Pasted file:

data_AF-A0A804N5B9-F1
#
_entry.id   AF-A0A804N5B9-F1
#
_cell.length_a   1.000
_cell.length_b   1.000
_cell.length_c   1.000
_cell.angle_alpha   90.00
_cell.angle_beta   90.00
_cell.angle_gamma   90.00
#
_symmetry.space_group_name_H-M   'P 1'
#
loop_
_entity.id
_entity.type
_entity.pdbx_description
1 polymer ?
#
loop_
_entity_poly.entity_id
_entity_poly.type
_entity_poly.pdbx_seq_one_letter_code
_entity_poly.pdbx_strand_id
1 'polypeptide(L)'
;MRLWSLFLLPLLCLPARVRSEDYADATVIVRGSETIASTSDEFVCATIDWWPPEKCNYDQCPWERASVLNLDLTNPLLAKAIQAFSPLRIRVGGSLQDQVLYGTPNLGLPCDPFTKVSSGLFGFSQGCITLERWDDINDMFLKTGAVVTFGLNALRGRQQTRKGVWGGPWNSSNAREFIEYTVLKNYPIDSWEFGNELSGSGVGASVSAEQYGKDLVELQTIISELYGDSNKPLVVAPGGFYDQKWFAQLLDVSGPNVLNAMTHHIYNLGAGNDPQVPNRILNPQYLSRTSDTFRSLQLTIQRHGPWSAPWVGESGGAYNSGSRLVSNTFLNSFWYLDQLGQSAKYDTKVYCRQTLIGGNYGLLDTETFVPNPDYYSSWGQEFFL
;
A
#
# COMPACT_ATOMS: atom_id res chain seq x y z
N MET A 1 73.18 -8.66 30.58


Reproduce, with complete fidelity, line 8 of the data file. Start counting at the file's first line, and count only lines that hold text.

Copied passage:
_cell.angle_alpha   90.00